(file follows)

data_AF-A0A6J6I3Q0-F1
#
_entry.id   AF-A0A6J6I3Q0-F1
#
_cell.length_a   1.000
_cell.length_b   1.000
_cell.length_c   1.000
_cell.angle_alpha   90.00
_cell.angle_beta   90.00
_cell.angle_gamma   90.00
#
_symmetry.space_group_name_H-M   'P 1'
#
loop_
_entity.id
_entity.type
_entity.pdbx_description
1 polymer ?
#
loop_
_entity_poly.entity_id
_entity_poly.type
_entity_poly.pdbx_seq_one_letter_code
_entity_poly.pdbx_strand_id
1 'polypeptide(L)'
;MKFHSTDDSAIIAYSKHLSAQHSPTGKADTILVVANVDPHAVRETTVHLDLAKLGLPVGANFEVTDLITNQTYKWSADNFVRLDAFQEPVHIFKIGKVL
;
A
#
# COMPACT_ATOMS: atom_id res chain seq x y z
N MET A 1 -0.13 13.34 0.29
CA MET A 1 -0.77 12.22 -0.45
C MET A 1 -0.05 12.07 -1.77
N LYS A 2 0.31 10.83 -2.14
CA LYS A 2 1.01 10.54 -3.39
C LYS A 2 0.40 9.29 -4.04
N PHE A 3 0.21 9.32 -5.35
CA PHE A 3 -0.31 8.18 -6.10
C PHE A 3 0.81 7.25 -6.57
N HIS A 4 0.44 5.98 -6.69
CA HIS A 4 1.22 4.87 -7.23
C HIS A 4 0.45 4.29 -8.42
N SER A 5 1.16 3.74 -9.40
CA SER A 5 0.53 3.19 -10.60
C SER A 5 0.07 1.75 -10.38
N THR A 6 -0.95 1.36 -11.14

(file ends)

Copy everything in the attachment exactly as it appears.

data_AF-A0A6J6I3Q0-F1
#
_entry.id   AF-A0A6J6I3Q0-F1
#
_cell.length_a   1.000
_cell.length_b   1.000
_cell.length_c   1.000
_cell.angle_alpha   90.00
_cell.angle_beta   90.00
_cell.angle_gamma   90.00
#
_symmetry.space_group_name_H-M   'P 1'
#
loop_
_entity.id
_entity.type
_entity.pdbx_description
1 polymer ?
#
loop_
_entity_poly.entity_id
_entity_poly.type
_entity_poly.pdbx_seq_one_letter_code
_entity_poly.pdbx_strand_id
1 'polypeptide(L)'
;MKFHSTDDSAIIAYSKHLSAQHSPTGKADTILVVANVDPHAVRETTVHLDLAKLGLPVGANFEVTDLITNQTYKWSADNFVRLDAFQEPVHIFKIGKVL
;
A
#
# COMPACT_ATOMS: atom_id res chain seq x y z
N MET A 1 -0.13 13.34 0.29
CA MET A 1 -0.77 12.22 -0.45
C MET A 1 -0.05 12.07 -1.77
N LYS A 2 0.31 10.83 -2.14
CA LYS A 2 1.01 10.54 -3.39
C LYS A 2 0.40 9.29 -4.04
N PHE A 3 0.21 9.32 -5.35
CA PHE A 3 -0.31 8.18 -6.10
C PHE A 3 0.81 7.25 -6.57
N HIS A 4 0.44 5.98 -6.69
CA HIS A 4 1.22 4.87 -7.23
C HIS A 4 0.45 4.29 -8.42
N SER A 5 1.16 3.74 -9.40
CA SER A 5 0.53 3.19 -10.60
C SER A 5 0.07 1.75 -10.38
N THR A 6 -0.95 1.36 -11.14